How Section 377 Is Being Exploited By The Police and Blackmailers To Extort Men

03 November 2015

On 26 March 2014, at around 11 pm on a muggy night in Mumbai, a 31-year-old engineer in Mumbai was taken aback by the brusque knocks at his door. The engineer was a little anxious. Just 20 minutes before, a man called Sahil had come to visit him. The two men had been casually chatting on Planet Romeo—a social networking application for gay, bisexual and transgender men—for the past few months, but this was the first time they were meeting in person. Sahil had taken his shirt off and was preening in front of the mirror when they were both interrupted.

The engineer opened the door to face two men. The new entrants forced their way into and began admonishing the engineer, asking him if he and Sahil were gay, and whether they were having sex. One of the men threatened to reveal the engineer’s sexuality to his family, adding that he would call the police on Sahil and him. Nearly 15 minutes after the ordeal began, the men left with Sahil, but not before they beat the engineer up and robbed him of Rs 5,000, his laptop and his camera.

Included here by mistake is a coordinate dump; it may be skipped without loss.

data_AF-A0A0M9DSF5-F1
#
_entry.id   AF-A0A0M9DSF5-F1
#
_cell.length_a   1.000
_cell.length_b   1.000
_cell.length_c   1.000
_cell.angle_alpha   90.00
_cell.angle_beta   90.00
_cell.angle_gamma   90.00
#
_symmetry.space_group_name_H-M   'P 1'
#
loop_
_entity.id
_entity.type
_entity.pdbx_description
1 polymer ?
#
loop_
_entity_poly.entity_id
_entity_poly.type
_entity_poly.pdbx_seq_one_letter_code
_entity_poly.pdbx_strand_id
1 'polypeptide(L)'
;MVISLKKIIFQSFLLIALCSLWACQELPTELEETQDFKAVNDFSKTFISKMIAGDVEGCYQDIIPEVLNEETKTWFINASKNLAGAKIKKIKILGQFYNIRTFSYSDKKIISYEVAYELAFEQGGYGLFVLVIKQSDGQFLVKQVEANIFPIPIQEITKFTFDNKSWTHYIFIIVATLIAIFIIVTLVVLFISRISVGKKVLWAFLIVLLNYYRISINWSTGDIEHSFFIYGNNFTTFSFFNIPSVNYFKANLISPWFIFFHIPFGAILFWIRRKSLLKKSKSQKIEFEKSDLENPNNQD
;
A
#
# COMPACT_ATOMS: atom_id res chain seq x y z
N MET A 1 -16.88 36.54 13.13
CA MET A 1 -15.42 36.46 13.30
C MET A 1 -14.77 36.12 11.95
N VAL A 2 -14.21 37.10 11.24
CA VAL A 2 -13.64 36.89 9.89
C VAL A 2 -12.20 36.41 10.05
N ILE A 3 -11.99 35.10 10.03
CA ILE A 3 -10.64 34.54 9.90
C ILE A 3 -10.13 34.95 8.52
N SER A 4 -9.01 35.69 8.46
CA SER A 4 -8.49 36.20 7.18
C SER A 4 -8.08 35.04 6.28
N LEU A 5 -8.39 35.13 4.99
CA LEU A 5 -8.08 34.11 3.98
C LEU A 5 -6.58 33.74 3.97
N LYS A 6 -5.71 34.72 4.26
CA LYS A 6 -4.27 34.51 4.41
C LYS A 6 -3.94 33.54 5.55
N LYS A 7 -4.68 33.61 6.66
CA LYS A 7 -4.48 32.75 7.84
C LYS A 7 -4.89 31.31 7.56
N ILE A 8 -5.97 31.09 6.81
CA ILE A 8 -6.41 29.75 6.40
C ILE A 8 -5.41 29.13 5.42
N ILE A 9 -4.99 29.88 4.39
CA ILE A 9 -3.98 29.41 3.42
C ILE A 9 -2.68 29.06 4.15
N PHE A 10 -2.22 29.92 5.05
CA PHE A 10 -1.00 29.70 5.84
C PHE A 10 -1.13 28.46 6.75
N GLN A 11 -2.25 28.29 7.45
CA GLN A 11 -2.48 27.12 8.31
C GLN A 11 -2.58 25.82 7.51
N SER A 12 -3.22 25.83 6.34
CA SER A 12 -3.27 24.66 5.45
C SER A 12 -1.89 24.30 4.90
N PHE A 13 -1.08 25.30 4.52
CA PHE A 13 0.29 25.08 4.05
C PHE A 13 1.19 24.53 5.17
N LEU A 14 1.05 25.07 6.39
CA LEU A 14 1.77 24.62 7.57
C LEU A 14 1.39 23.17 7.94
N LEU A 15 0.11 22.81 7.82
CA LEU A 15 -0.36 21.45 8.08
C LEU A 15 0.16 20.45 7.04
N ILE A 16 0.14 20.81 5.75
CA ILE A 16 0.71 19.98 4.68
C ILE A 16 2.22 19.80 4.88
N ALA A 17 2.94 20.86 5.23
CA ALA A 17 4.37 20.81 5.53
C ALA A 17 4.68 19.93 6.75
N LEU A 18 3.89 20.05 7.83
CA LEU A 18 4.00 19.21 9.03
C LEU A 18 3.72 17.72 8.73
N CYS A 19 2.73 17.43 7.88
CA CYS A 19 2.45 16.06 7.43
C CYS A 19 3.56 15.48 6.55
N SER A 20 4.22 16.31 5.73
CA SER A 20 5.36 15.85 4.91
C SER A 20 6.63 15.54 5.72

The engineer did not pursue any action against his assailants until he read a newspaper report about a similar episode. Through this story, he discovered that Sahil had previously targeted at least one other man by arranging a rendezvous online under similar pretences, only to arrive at the designated location with his accomplices to rob the victim later. On  4 April, last year, around 10 days after the engineer had met Sahil, he filed a First Information Report with the police.

“I had heard about one such incident,” the engineer told me when we met on 19 October 2015, “But I never expected it would happen to me.” A short, jovial man, he said that he was hesitant about approaching the police initially. Even when he did, with the help of lawyers and gay activists, they tried to dissuade him. The police warned the engineer that such a case would prove to be a daily nuisance, reminding him that he had been the one to invite Sahil over.

Although Sahil and the engineer had not been physically intimate, the engineer’s sexuality made him an easy target for extortionists, many of whom operate with impunity across the city, and the state. The three men in this case—Rais Riaz Shaikh, Avdhoot Vijay Hatankar and Sahil Abdul Shaikh—have been arrested and are out on bail. They are now facing trial for assault and extortion.

Bhavya Dore  is a Mumbai-based freelance journalist.

COMMENT